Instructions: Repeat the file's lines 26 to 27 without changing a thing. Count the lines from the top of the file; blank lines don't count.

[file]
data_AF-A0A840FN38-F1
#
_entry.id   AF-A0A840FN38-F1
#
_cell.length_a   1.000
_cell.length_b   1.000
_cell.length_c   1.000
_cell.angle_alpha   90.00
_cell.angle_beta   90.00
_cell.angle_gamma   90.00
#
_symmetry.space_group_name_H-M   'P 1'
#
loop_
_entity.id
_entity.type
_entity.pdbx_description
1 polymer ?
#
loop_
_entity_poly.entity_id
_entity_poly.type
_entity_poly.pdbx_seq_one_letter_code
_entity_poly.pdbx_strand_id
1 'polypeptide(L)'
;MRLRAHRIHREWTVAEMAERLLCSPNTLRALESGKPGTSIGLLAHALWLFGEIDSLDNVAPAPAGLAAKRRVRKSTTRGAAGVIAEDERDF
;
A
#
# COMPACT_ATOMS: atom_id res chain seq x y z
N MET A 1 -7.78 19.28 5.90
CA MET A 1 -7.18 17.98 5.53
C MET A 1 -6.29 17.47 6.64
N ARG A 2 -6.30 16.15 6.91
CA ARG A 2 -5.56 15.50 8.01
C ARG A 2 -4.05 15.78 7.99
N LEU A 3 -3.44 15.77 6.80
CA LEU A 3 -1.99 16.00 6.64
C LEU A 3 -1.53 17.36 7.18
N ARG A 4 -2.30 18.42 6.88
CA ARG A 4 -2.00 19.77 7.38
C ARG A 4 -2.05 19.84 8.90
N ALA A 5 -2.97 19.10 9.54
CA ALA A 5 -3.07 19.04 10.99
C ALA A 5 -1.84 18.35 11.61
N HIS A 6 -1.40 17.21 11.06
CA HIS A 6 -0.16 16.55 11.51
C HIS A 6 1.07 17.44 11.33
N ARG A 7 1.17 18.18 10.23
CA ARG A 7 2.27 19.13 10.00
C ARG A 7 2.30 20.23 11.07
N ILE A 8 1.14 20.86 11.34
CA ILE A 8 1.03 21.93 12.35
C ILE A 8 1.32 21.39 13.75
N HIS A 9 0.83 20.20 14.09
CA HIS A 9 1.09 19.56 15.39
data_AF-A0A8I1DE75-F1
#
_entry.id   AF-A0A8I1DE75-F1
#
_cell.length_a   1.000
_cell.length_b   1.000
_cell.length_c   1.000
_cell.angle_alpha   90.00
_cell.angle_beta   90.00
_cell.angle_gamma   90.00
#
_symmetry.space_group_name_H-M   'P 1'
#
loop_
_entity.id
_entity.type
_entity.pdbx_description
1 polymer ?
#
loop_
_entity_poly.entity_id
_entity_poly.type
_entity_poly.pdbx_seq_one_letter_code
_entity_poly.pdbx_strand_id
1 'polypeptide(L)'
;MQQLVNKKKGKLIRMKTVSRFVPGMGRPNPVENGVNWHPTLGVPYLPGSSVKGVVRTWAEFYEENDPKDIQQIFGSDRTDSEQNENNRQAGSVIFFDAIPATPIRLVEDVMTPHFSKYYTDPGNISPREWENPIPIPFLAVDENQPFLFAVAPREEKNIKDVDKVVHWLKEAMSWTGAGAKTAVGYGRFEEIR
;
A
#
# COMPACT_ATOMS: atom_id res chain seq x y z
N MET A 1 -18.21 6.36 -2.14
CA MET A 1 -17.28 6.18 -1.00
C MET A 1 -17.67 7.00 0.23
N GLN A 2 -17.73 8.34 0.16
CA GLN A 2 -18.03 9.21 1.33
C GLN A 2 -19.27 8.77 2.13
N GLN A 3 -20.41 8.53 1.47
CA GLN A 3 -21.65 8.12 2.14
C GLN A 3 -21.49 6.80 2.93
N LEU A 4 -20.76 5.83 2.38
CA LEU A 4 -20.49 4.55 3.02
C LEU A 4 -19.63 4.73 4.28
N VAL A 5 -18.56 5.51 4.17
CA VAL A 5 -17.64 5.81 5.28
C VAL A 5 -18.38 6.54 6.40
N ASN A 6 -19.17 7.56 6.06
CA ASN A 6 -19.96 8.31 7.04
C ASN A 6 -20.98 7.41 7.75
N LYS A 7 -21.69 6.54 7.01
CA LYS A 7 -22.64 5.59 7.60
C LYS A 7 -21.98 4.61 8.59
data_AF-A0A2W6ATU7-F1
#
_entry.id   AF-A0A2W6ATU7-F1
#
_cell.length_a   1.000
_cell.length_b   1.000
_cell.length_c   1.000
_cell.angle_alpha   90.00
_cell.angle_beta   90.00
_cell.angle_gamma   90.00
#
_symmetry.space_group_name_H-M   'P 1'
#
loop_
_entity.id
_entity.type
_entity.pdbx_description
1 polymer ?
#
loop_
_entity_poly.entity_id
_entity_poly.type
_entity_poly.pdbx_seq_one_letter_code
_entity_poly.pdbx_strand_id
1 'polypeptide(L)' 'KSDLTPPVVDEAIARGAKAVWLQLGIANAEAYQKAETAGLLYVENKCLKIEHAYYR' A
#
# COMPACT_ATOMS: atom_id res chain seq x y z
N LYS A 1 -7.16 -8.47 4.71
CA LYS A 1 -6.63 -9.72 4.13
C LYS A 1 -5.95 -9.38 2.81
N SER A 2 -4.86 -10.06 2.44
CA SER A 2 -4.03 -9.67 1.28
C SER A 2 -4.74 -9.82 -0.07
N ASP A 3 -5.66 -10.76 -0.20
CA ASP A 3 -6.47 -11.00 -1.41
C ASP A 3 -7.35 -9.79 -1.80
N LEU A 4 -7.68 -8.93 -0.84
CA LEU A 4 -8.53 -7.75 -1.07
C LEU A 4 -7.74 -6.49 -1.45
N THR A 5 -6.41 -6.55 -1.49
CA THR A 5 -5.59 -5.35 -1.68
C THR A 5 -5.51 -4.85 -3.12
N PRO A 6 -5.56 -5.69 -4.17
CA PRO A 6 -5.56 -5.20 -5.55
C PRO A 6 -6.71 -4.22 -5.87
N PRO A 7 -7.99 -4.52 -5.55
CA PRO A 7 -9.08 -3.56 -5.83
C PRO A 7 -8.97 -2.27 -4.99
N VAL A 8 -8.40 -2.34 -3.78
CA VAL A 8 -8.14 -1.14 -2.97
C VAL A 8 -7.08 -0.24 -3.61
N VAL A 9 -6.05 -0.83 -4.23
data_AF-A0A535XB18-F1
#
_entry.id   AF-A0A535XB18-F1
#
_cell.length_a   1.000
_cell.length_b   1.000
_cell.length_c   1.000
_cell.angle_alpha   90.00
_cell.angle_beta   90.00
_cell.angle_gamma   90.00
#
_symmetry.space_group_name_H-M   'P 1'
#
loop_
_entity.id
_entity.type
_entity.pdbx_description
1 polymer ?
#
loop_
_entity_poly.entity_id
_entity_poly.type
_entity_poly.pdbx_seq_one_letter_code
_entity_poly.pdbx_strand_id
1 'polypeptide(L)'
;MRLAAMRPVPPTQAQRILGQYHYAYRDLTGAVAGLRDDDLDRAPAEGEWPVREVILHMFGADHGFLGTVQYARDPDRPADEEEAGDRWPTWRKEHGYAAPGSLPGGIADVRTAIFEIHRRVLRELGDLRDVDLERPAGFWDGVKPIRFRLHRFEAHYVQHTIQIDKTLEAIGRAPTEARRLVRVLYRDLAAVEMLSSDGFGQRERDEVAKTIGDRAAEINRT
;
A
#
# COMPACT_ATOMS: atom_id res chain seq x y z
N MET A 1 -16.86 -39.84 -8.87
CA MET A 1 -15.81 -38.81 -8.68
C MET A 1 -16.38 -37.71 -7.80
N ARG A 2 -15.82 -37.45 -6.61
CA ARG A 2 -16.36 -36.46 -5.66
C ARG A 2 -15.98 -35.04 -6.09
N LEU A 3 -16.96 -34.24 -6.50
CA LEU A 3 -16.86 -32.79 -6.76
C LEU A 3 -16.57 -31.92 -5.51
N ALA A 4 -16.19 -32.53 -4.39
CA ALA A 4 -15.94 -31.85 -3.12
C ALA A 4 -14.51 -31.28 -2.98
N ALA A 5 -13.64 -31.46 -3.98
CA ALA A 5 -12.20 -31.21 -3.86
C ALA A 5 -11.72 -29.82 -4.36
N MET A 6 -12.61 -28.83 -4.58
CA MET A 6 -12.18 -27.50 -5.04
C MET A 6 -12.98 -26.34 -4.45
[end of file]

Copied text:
;MRLRAHRIHREWTVAEMAERLLCSPNTLRALESGKPGTSIGLLAHALWLFGEIDSLDNVAPAPAGLAAKRRVRKSTTRGAAGVIAEDERDF
;